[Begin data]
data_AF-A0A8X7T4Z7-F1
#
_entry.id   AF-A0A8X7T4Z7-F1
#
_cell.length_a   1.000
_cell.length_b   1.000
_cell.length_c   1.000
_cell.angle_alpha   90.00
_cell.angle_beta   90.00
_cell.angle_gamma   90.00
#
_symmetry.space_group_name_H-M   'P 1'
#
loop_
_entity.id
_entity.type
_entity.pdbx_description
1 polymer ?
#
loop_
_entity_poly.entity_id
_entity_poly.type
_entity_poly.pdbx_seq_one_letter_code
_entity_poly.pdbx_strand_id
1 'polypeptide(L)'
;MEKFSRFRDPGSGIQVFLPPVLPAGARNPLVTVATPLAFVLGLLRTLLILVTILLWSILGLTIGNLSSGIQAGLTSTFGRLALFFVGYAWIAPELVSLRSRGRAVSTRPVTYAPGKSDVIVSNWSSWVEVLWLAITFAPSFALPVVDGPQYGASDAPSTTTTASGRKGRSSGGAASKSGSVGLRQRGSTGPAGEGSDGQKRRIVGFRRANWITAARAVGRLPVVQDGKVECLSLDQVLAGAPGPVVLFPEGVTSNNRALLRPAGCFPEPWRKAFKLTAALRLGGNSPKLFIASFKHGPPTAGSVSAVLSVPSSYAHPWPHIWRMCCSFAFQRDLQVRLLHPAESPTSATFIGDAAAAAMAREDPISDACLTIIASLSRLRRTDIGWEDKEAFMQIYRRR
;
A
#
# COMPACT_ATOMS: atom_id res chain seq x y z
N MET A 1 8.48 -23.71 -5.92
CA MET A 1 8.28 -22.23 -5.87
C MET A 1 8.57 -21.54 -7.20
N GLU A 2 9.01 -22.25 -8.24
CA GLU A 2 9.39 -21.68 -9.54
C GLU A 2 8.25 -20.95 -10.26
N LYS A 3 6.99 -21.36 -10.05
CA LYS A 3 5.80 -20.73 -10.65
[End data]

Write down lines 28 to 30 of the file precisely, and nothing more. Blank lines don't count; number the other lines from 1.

A
#
# COMPACT_ATOMS: atom_id res chain seq x y z